My shot hit a good shot – despite the fire being behind me – and by the time Mikael lit it up with faery fire, Corby had clawed a big, ugly scratch down its face.

Raven hurled two daggers into it, and Ezekiel raced forward to finished it off with his mace – sending off what seemed like sparks as he bashed it to the ground.

Well, Ezekiel and Raven took over the first watch, so the rest of us settled down to try and sleep.

It wasn’t too long, though, before Raven was shaking us awake.

A party with torches was just approaching the main entrance, muttering together: “See, there’s a fire there.” “Is there supposed to be a fire there?” “Maybe that’s where the priests are?”

I nocked an arrow and hid in the shelter of the throne, while Raven slid along the shadows by the wall to try and hear more of what they said.

When the group (seven armed men) came into the center of the room, a light shot out from the throne, and Ezekiel’s voice bellowed, “Who comes?”

The leader stammered something about they were looking for an “Earth Temple.”

Ezekiel asked them who sent them, and the leader said some person calling himself “Wag” told them there was loot to be found, and caravans to rob, and food and shelter from the wet, if they came and talked to the “head priest” or cleric of the Earth Temple.

Well, Ezekiel got his pompous act on and told them there would only be Death for them here (which considering the ogres and stirges and undead, sounds about right)…that Judgement had come to this place once before, and was coming again, and they’d best clear out (which kinda explains who we are to anyone with enough deductive skills).

Well, the men must have been enough dazzled by the lit shield and the booming voice that they kinda looked at each other and crept out again. (Here’s to hoping they don’t just turn bandits once they get outside…though I guess if they do they’ll get what’s coming to them.)

Ezekiel came down from the chair, and I said I couldn’t believe they fell for it – and Lydia said she didn’t think they were the smartest around.

I certainly can’t imagine voluntarily marching into a place as twisted and nauseating as the Temple – unless I was here to purge it and kill Evil, which I am. Those guys must be strangely desperate if they came down here for loot and a bandit hideout.

I’d think they meant the Drow Cleric, except that he wasn’t really “earth” related. At least it’s clear they’re some of the “mortal tools” the Lady Bad is trying to gather to herself. Poor dupes.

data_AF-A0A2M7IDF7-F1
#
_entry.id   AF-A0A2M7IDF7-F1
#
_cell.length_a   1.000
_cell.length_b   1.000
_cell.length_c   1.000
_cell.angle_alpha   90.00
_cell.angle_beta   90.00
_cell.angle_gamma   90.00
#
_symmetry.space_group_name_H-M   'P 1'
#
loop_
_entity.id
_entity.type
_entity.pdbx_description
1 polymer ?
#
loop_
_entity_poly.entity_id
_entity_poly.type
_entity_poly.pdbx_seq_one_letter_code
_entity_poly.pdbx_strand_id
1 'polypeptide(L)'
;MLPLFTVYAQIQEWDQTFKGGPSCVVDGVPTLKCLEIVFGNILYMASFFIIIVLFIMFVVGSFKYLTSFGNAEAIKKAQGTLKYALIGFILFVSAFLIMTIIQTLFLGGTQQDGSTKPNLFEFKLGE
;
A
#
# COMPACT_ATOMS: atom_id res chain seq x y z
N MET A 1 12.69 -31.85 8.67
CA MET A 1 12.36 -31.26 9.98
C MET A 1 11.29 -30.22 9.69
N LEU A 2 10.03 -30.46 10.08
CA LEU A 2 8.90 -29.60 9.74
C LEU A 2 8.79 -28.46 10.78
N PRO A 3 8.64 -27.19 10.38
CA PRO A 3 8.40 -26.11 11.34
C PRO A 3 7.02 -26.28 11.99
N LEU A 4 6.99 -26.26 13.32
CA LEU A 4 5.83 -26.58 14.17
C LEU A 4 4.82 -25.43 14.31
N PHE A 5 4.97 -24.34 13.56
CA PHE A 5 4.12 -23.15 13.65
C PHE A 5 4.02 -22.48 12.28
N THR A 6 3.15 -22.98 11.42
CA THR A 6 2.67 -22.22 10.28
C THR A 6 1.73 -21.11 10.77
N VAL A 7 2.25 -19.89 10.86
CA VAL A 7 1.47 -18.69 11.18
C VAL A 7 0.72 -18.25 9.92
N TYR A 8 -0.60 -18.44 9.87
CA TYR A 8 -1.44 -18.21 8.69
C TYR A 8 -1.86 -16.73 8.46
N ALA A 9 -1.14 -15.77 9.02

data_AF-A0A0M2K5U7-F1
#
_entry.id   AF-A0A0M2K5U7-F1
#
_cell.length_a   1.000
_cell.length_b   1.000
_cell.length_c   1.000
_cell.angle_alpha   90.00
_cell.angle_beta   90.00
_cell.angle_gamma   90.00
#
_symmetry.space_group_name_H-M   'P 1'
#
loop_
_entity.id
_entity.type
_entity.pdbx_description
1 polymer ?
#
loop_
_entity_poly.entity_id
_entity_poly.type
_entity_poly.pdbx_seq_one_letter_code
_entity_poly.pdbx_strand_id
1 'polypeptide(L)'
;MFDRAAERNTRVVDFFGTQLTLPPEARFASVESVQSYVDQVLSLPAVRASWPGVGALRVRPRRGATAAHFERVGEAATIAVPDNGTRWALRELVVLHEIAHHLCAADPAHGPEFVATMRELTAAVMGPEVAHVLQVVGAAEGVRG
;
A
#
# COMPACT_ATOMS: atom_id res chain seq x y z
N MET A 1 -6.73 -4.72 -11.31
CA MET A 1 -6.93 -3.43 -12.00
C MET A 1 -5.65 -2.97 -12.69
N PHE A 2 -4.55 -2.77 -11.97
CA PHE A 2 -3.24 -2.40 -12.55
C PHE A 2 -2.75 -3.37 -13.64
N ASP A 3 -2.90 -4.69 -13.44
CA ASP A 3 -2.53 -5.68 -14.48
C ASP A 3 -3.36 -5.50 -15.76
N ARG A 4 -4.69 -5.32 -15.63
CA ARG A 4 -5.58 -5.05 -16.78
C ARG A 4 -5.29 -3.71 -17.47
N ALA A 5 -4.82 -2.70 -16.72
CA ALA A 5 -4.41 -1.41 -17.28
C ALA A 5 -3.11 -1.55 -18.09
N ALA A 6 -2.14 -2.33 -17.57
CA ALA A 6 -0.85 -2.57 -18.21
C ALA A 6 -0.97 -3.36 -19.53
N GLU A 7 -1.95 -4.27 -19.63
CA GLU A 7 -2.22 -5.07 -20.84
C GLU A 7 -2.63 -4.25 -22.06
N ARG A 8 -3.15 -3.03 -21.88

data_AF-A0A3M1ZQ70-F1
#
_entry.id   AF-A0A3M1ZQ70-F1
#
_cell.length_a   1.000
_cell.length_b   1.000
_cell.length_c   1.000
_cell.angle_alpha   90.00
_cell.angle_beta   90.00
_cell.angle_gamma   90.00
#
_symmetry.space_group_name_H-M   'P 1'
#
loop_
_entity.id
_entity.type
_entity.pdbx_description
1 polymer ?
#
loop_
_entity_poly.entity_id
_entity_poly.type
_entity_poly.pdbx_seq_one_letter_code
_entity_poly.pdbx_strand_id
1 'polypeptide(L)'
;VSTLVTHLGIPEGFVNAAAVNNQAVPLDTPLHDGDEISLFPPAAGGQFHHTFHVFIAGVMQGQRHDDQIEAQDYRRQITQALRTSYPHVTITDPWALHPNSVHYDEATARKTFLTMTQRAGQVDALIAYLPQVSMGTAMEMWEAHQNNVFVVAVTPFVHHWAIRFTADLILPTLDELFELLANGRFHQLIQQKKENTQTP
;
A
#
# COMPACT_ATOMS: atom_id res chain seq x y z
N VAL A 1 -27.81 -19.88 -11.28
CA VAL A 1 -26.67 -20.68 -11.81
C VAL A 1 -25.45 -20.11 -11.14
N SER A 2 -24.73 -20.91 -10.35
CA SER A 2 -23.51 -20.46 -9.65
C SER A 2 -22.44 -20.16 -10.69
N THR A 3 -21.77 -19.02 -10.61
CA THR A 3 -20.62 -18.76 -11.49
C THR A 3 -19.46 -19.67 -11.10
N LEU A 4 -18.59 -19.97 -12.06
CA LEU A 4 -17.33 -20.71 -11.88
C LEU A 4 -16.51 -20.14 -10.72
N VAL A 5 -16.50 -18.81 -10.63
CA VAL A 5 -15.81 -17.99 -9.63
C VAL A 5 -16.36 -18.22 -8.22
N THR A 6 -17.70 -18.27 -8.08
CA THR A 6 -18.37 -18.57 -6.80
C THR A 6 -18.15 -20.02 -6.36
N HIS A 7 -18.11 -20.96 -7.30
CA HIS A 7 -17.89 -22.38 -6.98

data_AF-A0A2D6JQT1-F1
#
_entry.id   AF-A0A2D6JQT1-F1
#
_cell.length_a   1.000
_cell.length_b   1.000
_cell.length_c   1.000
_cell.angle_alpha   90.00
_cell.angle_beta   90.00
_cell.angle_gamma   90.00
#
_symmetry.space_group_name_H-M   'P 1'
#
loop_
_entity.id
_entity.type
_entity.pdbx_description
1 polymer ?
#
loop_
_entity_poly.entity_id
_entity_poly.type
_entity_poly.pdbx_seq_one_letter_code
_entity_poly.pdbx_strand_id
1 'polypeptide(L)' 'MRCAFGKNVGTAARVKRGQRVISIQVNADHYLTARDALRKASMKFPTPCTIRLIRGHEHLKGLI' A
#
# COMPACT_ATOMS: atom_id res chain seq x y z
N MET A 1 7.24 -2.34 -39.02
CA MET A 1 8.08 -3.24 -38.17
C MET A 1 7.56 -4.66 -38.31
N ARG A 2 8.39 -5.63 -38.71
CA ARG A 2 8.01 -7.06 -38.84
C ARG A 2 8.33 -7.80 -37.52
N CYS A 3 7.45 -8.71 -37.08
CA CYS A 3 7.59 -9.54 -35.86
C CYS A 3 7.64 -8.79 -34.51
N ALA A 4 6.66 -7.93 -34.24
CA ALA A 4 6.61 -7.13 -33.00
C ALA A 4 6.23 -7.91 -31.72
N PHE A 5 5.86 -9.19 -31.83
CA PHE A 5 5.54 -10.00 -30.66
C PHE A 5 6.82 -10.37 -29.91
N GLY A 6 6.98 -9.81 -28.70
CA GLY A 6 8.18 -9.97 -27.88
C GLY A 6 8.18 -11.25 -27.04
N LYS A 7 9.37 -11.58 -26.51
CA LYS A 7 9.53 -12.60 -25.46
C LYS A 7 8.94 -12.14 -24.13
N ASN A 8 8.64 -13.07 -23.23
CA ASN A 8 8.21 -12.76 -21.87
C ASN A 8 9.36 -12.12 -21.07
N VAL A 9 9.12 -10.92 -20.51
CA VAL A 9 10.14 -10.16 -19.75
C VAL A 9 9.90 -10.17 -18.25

Well, Raven put out the fire, and Ezekiel covered all the shields, so we wouldn’t broadcast our presence quite so much. (It’s chilly down here, but not as cold as it might be. The earth protects us from the winter weather outside.)

They tell me some snarly voices passed in the corridor (probably some humanoids) but left us alone…but I didn’t hear anything more until Raven woke up Mikael and me.

He said it was almost time for our shift, but first there were footsteps at the door and the jingle of armor.

We heard voices, too, and I gather that whoever it was sent a man in to “check the door”…and he hugged the wall to avoid the “bloodsuckers,” so they were familiar with this place.

They had also left their lights behind, so all we knew was the clanking and rustling of a man making his way along the west wall.

I wasn’t confident of my ability to shoot anything in this darkness, so I held onto my sword – since it glows when I draw it, and I have more chance of knowing what’s right next to me. (Also since I’m running down on arrows. I’ve been recovering them, but they do tend to snap sometimes or get lodged in guts so that you really can’t pull them out.)

Well, the walking stopped, and next thing I knew, there was a sound of cloth and feet as someone lunged.

The nearby opponent yelped, and there was a burst of light and stark shadows – I guess as Ezekiel uncovered his shield and faced the enemies at the door.

A crossbow bolt hit the wall as a bunch of men shouted in surprise.

Raven aimed a kick at our poor scout by the secret door, while Mikael swung at him with his staff.

Seeing that was covered, I rounded the big chair to back up Ezekiel. I must have been dazzled by the light of his shield, because I dropped my sword.

I heard Yeti give a war shout behind us, and Corby dove out of the shadows to peck at the leader’s eyes (you could tell he was the leader because he had nicer gear).

Raven and Mikael must have finished off their opponent, because they came running around the throne to join us. Someone shot a crossbow bolt at Raven, but he deflected it away from his face – almost getting his hand torn off in the process, though.

Yeti charged in from behind us to help Ezekiel against the leader, so I decided they had that covered and turned to the subordinates.

They…must not have had much training. Decent equipment, but almost no experience. I almost felt bad for them as I hammered through their defenses and took them out.

Raven and Corby took down their opponents, and as the last man dropped his weapons and charged for the exit, Ezekiel leveled him to the ground.

I’ll behead orcs and ogres all day long…but I wasn’t built to slaughter other humans. I hope this ends soon.

They all had chain armor, with tabards with a brown and black triangle. The leader also had a bronze medallion with a raised triangle around his neck.